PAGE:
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New national government logo rejected

The Dutch national government's new logo, which cost 60,000 euros, has been rejected by the state heraldry office.

By Editor / 03-03-2008

The Dutch national government's new logo, which cost 60,000 euros, has been rejected by the state heraldry office.

The logo, which is to become the house style for all government organisations, will now be modified.

The incident is not the first to cause an upset during the development of the new logo. In an earlier case, it emerged that the designers had submitted a logo that had already been developed for the ministry of general affairs.

'There wouldn't have been a problem if a new government logo had been chosen. But the choice was for a logo that resembled the official state coat of arms, the use of which must satisfy a number of conditions' said E. Wolleswinkel, secretary of the heraldry office. The state coat of arms, like the flag and the national anthem, is a national symbol. Use of national symbols is subject to strict rules.

A number of the required elements in the coat of arms were left out in Studio Dumbar's national government logo. The lion is not wearing a crown, and the obligatory golden blocks are also missing. The blocks are a reference to the House of Nassau, and therefore to the royal family.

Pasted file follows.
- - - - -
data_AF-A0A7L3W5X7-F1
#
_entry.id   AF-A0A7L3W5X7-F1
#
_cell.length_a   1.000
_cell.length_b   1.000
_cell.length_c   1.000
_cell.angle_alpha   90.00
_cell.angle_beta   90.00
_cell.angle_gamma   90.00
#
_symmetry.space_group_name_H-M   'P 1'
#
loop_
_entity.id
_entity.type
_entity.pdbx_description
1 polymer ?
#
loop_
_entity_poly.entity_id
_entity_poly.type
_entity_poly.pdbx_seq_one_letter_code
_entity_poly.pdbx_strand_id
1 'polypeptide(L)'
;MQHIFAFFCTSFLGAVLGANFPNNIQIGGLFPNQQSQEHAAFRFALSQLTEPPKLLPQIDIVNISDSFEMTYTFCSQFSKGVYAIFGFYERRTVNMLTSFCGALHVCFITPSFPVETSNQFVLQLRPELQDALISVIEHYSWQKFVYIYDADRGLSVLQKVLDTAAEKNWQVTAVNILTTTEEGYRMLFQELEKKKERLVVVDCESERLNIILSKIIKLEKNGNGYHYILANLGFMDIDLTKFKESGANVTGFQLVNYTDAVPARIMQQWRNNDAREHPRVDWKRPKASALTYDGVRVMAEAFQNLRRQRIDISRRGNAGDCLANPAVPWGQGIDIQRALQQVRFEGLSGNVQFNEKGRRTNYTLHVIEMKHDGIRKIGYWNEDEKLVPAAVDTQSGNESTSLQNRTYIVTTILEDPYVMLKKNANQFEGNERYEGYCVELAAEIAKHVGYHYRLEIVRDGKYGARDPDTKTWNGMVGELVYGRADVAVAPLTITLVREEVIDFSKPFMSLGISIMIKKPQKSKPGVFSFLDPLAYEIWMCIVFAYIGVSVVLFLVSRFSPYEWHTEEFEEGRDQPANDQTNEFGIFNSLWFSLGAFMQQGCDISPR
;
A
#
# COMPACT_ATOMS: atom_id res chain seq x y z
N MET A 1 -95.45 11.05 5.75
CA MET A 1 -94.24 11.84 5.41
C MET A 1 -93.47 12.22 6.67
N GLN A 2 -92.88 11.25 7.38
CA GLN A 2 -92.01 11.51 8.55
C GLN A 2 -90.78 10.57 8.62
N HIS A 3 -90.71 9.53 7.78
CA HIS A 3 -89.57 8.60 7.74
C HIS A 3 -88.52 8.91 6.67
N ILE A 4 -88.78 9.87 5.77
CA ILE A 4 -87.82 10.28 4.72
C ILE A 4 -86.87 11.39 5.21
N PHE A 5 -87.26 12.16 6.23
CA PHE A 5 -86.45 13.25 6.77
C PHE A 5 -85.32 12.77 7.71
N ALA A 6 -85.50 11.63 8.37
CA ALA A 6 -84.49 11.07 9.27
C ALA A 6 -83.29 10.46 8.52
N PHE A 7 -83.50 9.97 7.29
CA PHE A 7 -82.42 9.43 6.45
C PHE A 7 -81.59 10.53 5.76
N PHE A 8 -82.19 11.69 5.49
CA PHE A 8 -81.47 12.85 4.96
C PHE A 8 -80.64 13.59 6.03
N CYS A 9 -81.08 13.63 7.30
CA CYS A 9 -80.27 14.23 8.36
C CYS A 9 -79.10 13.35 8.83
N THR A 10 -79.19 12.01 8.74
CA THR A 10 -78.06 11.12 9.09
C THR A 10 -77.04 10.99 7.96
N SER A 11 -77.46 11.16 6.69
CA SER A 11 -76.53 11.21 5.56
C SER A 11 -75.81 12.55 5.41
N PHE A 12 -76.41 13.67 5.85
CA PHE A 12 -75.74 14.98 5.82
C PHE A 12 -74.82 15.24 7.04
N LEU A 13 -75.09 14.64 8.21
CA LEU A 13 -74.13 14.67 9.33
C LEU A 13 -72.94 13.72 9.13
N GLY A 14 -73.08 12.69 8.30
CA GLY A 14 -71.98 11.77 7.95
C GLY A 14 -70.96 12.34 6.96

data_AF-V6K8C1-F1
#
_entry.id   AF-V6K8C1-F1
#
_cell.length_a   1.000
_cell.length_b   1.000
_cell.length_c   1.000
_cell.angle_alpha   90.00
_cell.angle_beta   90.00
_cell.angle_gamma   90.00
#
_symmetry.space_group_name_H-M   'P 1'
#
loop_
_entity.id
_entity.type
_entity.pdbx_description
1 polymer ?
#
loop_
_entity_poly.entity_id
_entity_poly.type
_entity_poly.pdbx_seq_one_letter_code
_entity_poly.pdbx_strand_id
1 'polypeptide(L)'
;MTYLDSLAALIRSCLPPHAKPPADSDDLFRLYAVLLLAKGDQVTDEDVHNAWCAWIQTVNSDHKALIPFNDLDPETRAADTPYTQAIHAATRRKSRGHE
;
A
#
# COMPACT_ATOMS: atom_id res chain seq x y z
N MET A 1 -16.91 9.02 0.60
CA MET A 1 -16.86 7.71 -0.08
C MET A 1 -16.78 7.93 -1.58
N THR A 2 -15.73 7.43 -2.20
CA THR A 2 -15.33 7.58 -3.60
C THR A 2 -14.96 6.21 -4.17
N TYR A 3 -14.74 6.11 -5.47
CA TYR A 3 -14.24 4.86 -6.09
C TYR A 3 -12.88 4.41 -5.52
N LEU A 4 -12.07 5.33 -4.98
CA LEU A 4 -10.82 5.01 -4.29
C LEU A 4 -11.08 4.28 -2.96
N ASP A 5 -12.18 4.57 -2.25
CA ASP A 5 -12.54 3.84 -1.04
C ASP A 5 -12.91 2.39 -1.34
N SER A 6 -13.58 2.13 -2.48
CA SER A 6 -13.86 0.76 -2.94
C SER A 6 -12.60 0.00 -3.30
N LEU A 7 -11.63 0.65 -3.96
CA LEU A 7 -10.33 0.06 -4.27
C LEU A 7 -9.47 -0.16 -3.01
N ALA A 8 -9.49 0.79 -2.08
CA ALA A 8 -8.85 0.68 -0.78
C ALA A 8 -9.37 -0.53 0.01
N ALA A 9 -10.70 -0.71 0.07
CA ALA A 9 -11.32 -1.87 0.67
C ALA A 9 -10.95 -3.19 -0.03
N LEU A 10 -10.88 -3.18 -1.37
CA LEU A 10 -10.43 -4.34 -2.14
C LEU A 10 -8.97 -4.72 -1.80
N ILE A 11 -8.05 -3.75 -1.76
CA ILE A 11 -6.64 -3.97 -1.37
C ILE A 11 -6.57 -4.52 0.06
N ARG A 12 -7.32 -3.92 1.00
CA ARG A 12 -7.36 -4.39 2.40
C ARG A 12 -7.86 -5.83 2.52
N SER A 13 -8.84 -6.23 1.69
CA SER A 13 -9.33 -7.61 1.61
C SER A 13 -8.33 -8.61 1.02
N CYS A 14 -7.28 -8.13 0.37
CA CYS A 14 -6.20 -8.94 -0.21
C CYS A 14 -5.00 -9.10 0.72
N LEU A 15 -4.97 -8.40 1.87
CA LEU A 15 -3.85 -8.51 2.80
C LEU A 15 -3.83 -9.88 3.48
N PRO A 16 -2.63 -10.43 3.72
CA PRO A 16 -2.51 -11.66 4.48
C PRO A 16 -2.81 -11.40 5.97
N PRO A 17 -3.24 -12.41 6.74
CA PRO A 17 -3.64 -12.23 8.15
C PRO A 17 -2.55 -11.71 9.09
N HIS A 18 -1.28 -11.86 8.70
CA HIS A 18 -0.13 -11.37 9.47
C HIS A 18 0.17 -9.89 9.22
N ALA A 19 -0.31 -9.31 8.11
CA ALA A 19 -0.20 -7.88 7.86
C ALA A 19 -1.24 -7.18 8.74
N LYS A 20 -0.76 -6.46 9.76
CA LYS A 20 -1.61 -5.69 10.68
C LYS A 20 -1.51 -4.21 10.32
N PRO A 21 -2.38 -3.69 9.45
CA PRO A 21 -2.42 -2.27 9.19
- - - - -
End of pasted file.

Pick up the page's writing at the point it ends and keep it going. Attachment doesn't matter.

'Without the blocks, it's really the coat of arms of the Republic of the United Netherlands' Wolleswinkel says.

Gerard van der Wulp, director of the government information office, says that the possibility that adjustments to the logo might be necessary was taken into account during the development of the logo. 'The premier presented a concept. We asked for advice from the heraldry office, just to be sure that the design was historically accurate.' He added that the lion will be given a crown, longer claws and a more masculine style. This will be achieved by increasing the size of his mane, but not by the addition of a male sex
organ, a feature often seen in depictions of the national coat of arms.

The government hopes to save five million euros in design costs for a variety of national governmental organisations by introducing the new logo.

(© Algemeen Dagblad)

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